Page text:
After a dismal 2001 campaign that saw Johnson miss half the season with a broken clavicle, Johnson signed with the Tampa Bay Buccaneers for the 2002 season. Under new head coach Jon Gruden, the team was looking for a mobile signal caller in the mold of Rich Gannon. Many thought that Johnson fit that mold - a veteran with arm strength and the ability to scramble, which incumbent Brad Johnson lacked. However, Rob lacked the other Johnson's pocket awareness and decisiveness, prompting Gruden to name Rob the backup. When Brad Johnson was injured in a game against the Philadelphia Eagles, Rob Johnson led the Buccaneers to a defense-filled 12-9 victory over the Carolina Panthers the following week. However, Rob's subpar play in practice led Gruden to try out veteran and fan favorite Shaun King several weeks later following another Brad Johnson injury. King played so poorly against the Pittsburgh Steelers, throwing three interceptions (one of which was returned for a touchdown) versus only five completions that Rob Johnson started the second half, leading the Buccaneers to a late touchdown drive but failing to spark a comeback. The following week, with a first-round playoff bye on the line, Johnson led the Buccaneers to five field goals against the Chicago Bears at the University of Illinois' Memorial Stadium for the franchise's first-ever victory when the kickoff temperature was below freezing. For the third time at the controls of the Buccaneers, Johnson didn't turn the ball over. Johnson saw playoff action in injury relief of Brad Johnson once again, and helped the Bucs keep their Super Bowl hopes alive. Brad Johnson returned and led Tampa to their first Super Bowl Title a few weeks later. Johnson decided to sign elsewhere after the 2002 season. While he did not become the QB Gruden had hoped for, he served as a reliable backup who helped his team win the Super Bowl title.

Washington Redskins

When it became obvious that Brad Johnson was the franchise QB following the Super Bowl win, Rob met with Dallas Cowboys officials, but ultimately signed to the Washington Redskins. Johnson did not start for Washington, but saw action in a game against his old team, the Buffalo Bills. Johnson was called into the game after starting quarterback Patrick Ramsey was injured. He entered the game to a chorus of from the crowd at Ralph Wilson Stadium and was sacked by Aaron Schobel on his second play of the game, sending the crowd into a frenzy. The very next day, owner Daniel Snyder reinforced his haphazard decision-making by terminating Johnson's contract and replacing him with free agent Tim Hasselbeck.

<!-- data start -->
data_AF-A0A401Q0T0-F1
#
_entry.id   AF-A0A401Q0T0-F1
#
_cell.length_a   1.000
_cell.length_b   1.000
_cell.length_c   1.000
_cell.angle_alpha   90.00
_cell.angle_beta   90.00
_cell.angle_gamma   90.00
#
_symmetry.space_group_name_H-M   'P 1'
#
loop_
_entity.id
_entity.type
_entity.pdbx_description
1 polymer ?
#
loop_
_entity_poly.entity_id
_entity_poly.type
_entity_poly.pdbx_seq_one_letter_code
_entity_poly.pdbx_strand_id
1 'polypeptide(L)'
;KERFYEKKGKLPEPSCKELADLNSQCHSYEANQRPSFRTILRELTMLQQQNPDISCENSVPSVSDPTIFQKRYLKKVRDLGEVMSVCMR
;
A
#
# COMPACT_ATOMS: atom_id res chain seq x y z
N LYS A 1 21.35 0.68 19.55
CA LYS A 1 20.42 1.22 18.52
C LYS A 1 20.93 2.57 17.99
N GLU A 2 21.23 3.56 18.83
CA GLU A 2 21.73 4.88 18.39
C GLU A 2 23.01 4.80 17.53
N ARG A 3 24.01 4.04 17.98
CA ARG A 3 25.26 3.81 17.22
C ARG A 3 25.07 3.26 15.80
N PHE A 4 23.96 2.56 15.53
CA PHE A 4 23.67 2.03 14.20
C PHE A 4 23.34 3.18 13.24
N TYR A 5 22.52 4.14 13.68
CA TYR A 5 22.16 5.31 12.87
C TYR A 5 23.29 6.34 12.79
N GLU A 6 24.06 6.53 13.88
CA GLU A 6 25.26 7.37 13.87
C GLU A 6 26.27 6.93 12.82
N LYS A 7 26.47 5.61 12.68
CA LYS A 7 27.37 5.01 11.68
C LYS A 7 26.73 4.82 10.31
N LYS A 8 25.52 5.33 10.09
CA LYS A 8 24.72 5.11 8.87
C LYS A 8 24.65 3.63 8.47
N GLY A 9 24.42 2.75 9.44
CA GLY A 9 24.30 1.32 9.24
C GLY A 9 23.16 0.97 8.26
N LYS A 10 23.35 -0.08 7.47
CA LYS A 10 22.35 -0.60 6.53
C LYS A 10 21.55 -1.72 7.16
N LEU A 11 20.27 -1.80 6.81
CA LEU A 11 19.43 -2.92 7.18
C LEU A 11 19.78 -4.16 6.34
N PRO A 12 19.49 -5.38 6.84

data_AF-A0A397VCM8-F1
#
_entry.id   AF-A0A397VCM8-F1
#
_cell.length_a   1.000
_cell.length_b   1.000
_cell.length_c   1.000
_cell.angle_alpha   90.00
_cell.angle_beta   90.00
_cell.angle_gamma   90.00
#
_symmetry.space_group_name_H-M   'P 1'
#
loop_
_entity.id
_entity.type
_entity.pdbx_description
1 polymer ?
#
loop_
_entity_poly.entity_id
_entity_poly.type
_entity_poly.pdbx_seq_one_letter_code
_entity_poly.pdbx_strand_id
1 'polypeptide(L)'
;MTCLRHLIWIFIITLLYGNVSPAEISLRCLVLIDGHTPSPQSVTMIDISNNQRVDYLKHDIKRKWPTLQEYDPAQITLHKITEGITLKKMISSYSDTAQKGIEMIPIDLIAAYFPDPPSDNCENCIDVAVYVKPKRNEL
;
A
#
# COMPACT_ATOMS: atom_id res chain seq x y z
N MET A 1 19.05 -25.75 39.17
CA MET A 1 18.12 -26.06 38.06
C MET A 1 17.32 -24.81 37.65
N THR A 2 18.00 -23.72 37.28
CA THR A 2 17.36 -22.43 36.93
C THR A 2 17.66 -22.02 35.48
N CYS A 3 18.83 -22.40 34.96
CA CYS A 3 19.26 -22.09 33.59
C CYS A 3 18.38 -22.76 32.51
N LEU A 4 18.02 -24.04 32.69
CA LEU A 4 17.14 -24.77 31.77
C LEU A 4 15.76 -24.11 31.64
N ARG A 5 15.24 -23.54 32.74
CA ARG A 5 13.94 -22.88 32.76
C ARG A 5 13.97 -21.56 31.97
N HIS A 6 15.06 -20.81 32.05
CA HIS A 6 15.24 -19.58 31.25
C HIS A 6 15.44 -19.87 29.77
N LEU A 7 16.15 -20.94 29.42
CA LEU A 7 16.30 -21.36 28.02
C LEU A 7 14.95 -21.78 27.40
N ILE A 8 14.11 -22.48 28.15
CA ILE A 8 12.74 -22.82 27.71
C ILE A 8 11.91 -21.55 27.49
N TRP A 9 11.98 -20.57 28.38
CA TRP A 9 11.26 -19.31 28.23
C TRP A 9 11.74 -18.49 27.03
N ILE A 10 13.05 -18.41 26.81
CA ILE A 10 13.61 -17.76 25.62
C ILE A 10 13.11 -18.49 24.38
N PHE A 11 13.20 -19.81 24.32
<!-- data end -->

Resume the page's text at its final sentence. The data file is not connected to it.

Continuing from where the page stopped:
Oakland Raiders

Soon after his release, Johnson was signed by the Oakland Raiders to help ease their QB woes. Climbing the chart over Rick Mirer and Tee Martin, Johnson saw playing time on a Monday Night Football game against the Green Bay Packers. Green Bay steamrolled Oakland and Johnson. His last pass attempt was directed at the legendary Jerry Rice, but it fell incomplete. Following the season, Oakland still owned the rights to Johnson; however, he did not return with the team and the Raiders cleared his roster spot.

Johnson's Tennessee/NY Comebacks

Following his release, Johnson underwent Tommy John surgery, a procedure usually performed on baseball pitchers. A tendon was taken from Johnson's wrist and transplanted into his elbow to replace the injured tendon that resembled "a frayed rope" from overuse. A year after his surgery, Johnson worked out for the Tennessee Titans, who were looking for depth after letting Steve McNair sign with the Baltimore Ravens. Johnson threw for the team, but was still not in game shape; reports suggested his arm strength was under 50%. A year later, Johnson tried out for, and was signed by, the New York Giants and battled for a backup spot behind Eli Manning. Johnson once again lost out to Tim Hasselbeck, and was cut before the preseason came to an end. Johnson said in an interview that if he felt he could still play at an NFL level, he would continue his career, but he has yet to work with any other teams, presumably calling an end to his professional football career.

Life After the NFL

Johnson has been busy since his retirement from the NFL. In addition to raising his childred with his wife in Covenant Hills, California, he has worked closely with his brother Brett and father Bob at "Camp Quarterback," a training camp that has produced the likes of Carson Palmer, Mark Sanchez, Matt Leinart, and Drew Brees.

Sporting positions
Preceded by
Reggie Perry
USC Trojans Starting Quarterbacks
Succeeded by
Brad Otton
Preceded by
Mark Brunell
Jacksonville Jaguars Starting Quarterbacks
Succeeded by
Mark Brunell
Preceded by
Todd Collins
Buffalo Bills Starting Quarterbacks
Succeeded by
Alex Van Pelt
Preceded by
Brad Johnson
Tampa Bay Buccaneers Starting Quarterbacks
Succeeded by
Brad Johnson